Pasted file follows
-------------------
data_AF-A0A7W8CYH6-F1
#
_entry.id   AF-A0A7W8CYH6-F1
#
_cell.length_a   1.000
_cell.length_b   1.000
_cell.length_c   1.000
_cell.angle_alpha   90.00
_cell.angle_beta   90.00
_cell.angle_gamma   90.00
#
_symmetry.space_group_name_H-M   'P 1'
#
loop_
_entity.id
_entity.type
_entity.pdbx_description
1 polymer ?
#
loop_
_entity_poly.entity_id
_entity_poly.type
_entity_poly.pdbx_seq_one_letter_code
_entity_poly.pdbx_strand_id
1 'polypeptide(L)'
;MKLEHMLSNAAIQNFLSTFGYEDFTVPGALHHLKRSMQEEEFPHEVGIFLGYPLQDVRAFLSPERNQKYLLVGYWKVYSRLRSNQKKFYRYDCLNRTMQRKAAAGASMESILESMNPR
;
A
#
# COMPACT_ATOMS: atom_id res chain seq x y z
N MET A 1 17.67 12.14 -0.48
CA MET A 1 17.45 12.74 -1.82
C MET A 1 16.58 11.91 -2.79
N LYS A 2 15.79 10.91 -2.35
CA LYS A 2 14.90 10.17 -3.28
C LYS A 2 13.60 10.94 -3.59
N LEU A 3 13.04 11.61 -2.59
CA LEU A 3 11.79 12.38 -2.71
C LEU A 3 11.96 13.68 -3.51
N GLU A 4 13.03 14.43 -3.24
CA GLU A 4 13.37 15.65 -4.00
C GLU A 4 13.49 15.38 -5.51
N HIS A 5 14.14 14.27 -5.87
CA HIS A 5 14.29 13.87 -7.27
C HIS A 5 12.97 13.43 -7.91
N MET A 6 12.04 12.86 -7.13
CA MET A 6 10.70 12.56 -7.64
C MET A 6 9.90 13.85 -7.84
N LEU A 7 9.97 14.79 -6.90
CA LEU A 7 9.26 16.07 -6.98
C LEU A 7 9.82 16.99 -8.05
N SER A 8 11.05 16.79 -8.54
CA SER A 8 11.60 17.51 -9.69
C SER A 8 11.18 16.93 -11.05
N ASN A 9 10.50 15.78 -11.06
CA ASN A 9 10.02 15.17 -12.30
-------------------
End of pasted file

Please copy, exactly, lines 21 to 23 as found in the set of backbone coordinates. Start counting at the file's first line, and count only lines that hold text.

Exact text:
_entity_poly.entity_id
_entity_poly.type
_entity_poly.pdbx_seq_one_letter_code